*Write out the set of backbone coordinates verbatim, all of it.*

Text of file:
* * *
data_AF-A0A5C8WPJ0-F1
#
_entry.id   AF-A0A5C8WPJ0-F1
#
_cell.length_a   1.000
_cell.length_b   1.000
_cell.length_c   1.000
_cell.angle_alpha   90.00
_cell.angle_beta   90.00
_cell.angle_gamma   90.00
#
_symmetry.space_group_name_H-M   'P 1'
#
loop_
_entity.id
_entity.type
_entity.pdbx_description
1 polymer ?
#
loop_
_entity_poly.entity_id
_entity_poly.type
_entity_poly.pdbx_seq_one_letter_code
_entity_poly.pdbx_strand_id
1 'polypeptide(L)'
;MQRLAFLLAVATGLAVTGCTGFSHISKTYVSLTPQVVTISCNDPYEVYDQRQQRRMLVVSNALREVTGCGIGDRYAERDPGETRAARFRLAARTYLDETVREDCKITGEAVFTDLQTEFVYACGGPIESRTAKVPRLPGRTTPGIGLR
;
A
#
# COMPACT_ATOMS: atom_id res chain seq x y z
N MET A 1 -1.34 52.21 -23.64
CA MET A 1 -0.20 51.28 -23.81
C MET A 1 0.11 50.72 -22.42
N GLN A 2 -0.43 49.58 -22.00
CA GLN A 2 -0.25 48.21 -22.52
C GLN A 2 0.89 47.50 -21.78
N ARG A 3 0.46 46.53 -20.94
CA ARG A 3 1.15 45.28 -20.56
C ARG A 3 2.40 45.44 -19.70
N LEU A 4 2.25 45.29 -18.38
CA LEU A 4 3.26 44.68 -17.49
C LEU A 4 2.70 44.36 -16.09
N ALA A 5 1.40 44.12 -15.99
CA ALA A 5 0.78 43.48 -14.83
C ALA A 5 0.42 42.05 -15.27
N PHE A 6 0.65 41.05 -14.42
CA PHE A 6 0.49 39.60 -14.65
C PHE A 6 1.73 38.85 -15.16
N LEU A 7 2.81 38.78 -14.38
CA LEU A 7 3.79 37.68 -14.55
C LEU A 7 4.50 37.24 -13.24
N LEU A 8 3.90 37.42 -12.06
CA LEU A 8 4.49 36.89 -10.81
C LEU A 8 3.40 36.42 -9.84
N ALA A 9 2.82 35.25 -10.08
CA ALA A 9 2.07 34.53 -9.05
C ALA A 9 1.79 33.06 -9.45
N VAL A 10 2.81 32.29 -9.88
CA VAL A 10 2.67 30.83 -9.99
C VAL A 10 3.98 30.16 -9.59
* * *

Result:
data_AF-A0A5C8WPJ0-F1
#
_entry.id   AF-A0A5C8WPJ0-F1
#
_cell.length_a   1.000
_cell.length_b   1.000
_cell.length_c   1.000
_cell.angle_alpha   90.00
_cell.angle_beta   90.00
_cell.angle_gamma   90.00
#
_symmetry.space_group_name_H-M   'P 1'
#
loop_
_entity.id
_entity.type
_entity.pdbx_description
1 polymer ?
#
loop_
_entity_poly.entity_id
_entity_poly.type
_entity_poly.pdbx_seq_one_letter_code
_entity_poly.pdbx_strand_id
1 'polypeptide(L)'
;MQRLAFLLAVATGLAVTGCTGFSHISKTYVSLTPQVVTISCNDPYEVYDQRQQRRMLVVSNALREVTGCGIGDRYAERDPGETRAARFRLAARTYLDETVREDCKITGEAVFTDLQTEFVYACGGPIESRTAKVPRLPGRTTPGIGLR
;
A
#
# COMPACT_ATOMS: atom_id res chain seq x y z
N MET A 1 -1.34 52.21 -23.64
CA MET A 1 -0.20 51.28 -23.81
C MET A 1 0.11 50.72 -22.42
N GLN A 2 -0.43 49.58 -22.00
CA GLN A 2 -0.25 48.21 -22.52
C GLN A 2 0.89 47.50 -21.78
N ARG A 3 0.46 46.53 -20.94
CA ARG A 3 1.15 45.28 -20.56
C ARG A 3 2.40 45.44 -19.70
N LEU A 4 2.25 45.29 -18.38
CA LEU A 4 3.26 44.68 -17.49
C LEU A 4 2.70 44.36 -16.09
N ALA A 5 1.40 44.12 -15.99
CA ALA A 5 0.78 43.48 -14.83
C ALA A 5 0.42 42.05 -15.27
N PHE A 6 0.65 41.05 -14.42
CA PHE A 6 0.49 39.60 -14.65
C PHE A 6 1.73 38.85 -15.16
N LEU A 7 2.81 38.78 -14.38
CA LEU A 7 3.79 37.68 -14.55
C LEU A 7 4.50 37.24 -13.24
N LEU A 8 3.90 37.42 -12.06
CA LEU A 8 4.49 36.89 -10.81
C LEU A 8 3.40 36.42 -9.84
N ALA A 9 2.82 35.25 -10.08
CA ALA A 9 2.07 34.53 -9.05
C ALA A 9 1.79 33.06 -9.45
N VAL A 10 2.81 32.29 -9.88
CA VAL A 10 2.67 30.83 -9.99
C VAL A 10 3.98 30.16 -9.59